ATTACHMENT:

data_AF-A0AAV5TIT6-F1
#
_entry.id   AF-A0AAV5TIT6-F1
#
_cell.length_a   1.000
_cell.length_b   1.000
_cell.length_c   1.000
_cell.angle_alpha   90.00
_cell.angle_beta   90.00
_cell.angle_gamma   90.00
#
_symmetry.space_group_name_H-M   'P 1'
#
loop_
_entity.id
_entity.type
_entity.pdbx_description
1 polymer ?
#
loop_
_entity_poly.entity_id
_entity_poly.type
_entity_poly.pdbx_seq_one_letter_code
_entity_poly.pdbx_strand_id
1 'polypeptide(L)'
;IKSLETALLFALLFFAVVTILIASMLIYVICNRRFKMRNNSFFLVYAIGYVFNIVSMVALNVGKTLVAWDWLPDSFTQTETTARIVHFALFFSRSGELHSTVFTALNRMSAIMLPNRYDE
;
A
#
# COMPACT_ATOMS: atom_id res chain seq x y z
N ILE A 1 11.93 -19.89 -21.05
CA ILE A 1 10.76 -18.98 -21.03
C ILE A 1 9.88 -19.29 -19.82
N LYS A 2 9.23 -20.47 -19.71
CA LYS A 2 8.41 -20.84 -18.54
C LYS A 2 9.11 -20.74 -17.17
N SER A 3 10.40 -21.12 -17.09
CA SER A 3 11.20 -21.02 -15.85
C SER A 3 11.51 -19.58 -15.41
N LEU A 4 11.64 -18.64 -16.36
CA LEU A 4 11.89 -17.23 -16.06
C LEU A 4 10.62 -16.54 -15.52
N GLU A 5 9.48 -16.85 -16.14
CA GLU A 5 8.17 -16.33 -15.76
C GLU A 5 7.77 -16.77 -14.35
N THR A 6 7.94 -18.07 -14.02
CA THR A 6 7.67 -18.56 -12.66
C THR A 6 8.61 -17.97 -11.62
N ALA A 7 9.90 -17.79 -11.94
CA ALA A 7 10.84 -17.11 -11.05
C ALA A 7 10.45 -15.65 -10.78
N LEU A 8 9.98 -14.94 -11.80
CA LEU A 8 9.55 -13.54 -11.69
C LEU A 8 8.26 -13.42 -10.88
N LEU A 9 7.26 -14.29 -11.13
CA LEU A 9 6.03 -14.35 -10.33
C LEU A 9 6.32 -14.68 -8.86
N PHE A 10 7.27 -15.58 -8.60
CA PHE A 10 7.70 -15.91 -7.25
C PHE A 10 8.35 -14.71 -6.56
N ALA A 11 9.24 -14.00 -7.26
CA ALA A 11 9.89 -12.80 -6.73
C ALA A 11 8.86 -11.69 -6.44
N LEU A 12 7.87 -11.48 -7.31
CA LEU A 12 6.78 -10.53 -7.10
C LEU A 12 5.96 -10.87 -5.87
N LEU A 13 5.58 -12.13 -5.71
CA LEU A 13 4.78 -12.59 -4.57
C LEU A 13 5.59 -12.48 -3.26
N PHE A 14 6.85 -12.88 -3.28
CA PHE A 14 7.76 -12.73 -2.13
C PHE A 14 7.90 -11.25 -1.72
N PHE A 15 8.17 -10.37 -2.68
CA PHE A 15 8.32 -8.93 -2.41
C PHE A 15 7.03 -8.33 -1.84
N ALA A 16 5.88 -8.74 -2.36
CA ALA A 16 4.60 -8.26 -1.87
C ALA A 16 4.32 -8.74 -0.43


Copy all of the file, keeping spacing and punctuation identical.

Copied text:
data_AF-A0AAV5TIT6-F1
#
_entry.id   AF-A0AAV5TIT6-F1
#
_cell.length_a   1.000
_cell.length_b   1.000
_cell.length_c   1.000
_cell.angle_alpha   90.00
_cell.angle_beta   90.00
_cell.angle_gamma   90.00
#
_symmetry.space_group_name_H-M   'P 1'
#
loop_
_entity.id
_entity.type
_entity.pdbx_description
1 polymer ?
#
loop_
_entity_poly.entity_id
_entity_poly.type
_entity_poly.pdbx_seq_one_letter_code
_entity_poly.pdbx_strand_id
1 'polypeptide(L)'
;IKSLETALLFALLFFAVVTILIASMLIYVICNRRFKMRNNSFFLVYAIGYVFNIVSMVALNVGKTLVAWDWLPDSFTQTETTARIVHFALFFSRSGELHSTVFTALNRMSAIMLPNRYDE
;
A
#
# COMPACT_ATOMS: atom_id res chain seq x y z
N ILE A 1 11.93 -19.89 -21.05
CA ILE A 1 10.76 -18.98 -21.03
C ILE A 1 9.88 -19.29 -19.82
N LYS A 2 9.23 -20.47 -19.71
CA LYS A 2 8.41 -20.84 -18.54
C LYS A 2 9.11 -20.74 -17.17
N SER A 3 10.40 -21.12 -17.09
CA SER A 3 11.20 -21.02 -15.85
C SER A 3 11.51 -19.58 -15.41
N LEU A 4 11.64 -18.64 -16.36
CA LEU A 4 11.89 -17.23 -16.06
C LEU A 4 10.62 -16.54 -15.52
N GLU A 5 9.48 -16.85 -16.14
CA GLU A 5 8.17 -16.33 -15.76
C GLU A 5 7.77 -16.77 -14.35
N THR A 6 7.94 -18.07 -14.02
CA THR A 6 7.67 -18.56 -12.66
C THR A 6 8.61 -17.97 -11.62
N ALA A 7 9.90 -17.79 -11.94
CA ALA A 7 10.84 -17.11 -11.05
C ALA A 7 10.45 -15.65 -10.78
N LEU A 8 9.98 -14.94 -11.80
CA LEU A 8 9.55 -13.54 -11.69
C LEU A 8 8.26 -13.42 -10.88
N LEU A 9 7.26 -14.29 -11.13
CA LEU A 9 6.03 -14.35 -10.33
C LEU A 9 6.32 -14.68 -8.86
N PHE A 10 7.27 -15.58 -8.60
CA PHE A 10 7.70 -15.91 -7.25
C PHE A 10 8.35 -14.71 -6.56
N ALA A 11 9.24 -14.00 -7.26
CA ALA A 11 9.89 -12.80 -6.73
C ALA A 11 8.86 -11.69 -6.44
N LEU A 12 7.87 -11.48 -7.31
CA LEU A 12 6.78 -10.53 -7.10
C LEU A 12 5.96 -10.87 -5.87
N LEU A 13 5.58 -12.13 -5.71
CA LEU A 13 4.78 -12.59 -4.57
C LEU A 13 5.59 -12.48 -3.26
N PHE A 14 6.85 -12.88 -3.28
CA PHE A 14 7.76 -12.73 -2.13
C PHE A 14 7.90 -11.25 -1.72
N PHE A 15 8.17 -10.37 -2.68
CA PHE A 15 8.32 -8.93 -2.41
C PHE A 15 7.03 -8.33 -1.84
N ALA A 16 5.88 -8.74 -2.36
CA ALA A 16 4.60 -8.26 -1.87
C ALA A 16 4.32 -8.74 -0.43